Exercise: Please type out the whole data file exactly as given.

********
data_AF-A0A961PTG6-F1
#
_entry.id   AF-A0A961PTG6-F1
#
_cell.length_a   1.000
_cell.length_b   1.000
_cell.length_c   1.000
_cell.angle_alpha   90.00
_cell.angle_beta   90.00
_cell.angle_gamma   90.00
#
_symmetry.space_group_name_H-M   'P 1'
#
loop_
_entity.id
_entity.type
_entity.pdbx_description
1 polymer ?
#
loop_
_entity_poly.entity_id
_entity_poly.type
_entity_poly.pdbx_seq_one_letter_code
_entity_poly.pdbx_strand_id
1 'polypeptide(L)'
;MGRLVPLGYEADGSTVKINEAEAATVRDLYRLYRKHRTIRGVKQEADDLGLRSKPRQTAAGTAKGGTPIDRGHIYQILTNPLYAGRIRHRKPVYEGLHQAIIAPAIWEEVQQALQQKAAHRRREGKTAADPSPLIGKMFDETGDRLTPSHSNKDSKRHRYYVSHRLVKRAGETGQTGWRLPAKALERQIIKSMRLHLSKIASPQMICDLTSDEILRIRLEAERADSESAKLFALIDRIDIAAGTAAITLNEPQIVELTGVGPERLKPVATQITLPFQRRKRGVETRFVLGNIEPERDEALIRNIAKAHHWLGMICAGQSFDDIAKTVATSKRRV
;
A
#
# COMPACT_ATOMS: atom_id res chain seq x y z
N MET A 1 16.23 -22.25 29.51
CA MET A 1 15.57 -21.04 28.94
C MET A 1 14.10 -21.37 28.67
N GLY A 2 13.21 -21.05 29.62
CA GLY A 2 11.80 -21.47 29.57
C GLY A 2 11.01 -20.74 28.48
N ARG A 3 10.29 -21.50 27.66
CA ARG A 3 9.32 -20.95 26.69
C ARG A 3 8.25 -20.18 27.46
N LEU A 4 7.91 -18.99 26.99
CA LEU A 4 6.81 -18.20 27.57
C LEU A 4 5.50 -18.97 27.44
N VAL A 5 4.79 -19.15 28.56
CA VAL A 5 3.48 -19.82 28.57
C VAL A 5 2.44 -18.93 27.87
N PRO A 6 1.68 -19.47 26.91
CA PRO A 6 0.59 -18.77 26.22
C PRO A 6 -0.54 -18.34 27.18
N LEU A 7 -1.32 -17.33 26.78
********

data_AF-A0A961PTG6-F1
#
_entry.id   AF-A0A961PTG6-F1
#
_cell.length_a   1.000
_cell.length_b   1.000
_cell.length_c   1.000
_cell.angle_alpha   90.00
_cell.angle_beta   90.00
_cell.angle_gamma   90.00
#
_symmetry.space_group_name_H-M   'P 1'
#
loop_
_entity.id
_entity.type
_entity.pdbx_description
1 polymer ?
#
loop_
_entity_poly.entity_id
_entity_poly.type
_entity_poly.pdbx_seq_one_letter_code
_entity_poly.pdbx_strand_id
1 'polypeptide(L)'
;MGRLVPLGYEADGSTVKINEAEAATVRDLYRLYRKHRTIRGVKQEADDLGLRSKPRQTAAGTAKGGTPIDRGHIYQILTNPLYAGRIRHRKPVYEGLHQAIIAPAIWEEVQQALQQKAAHRRREGKTAADPSPLIGKMFDETGDRLTPSHSNKDSKRHRYYVSHRLVKRAGETGQTGWRLPAKALERQIIKSMRLHLSKIASPQMICDLTSDEILRIRLEAERADSESAKLFALIDRIDIAAGTAAITLNEPQIVELTGVGPERLKPVATQITLPFQRRKRGVETRFVLGNIEPERDEALIRNIAKAHHWLGMICAGQSFDDIAKTVATSKRRV
;
A
#
# COMPACT_ATOMS: atom_id res chain seq x y z
N MET A 1 16.23 -22.25 29.51
CA MET A 1 15.57 -21.04 28.94
C MET A 1 14.10 -21.37 28.67
N GLY A 2 13.21 -21.05 29.62
CA GLY A 2 11.80 -21.47 29.57
C GLY A 2 11.01 -20.74 28.48
N ARG A 3 10.29 -21.50 27.66
CA ARG A 3 9.32 -20.95 26.69
C ARG A 3 8.25 -20.18 27.46
N LEU A 4 7.91 -18.99 26.99
CA LEU A 4 6.81 -18.20 27.57
C LEU A 4 5.50 -18.97 27.44
N VAL A 5 4.79 -19.15 28.56
CA VAL A 5 3.48 -19.82 28.57
C VAL A 5 2.44 -18.93 27.87
N PRO A 6 1.68 -19.47 26.91
CA PRO A 6 0.59 -18.77 26.22
C PRO A 6 -0.54 -18.34 27.18
N LEU A 7 -1.32 -17.33 26.78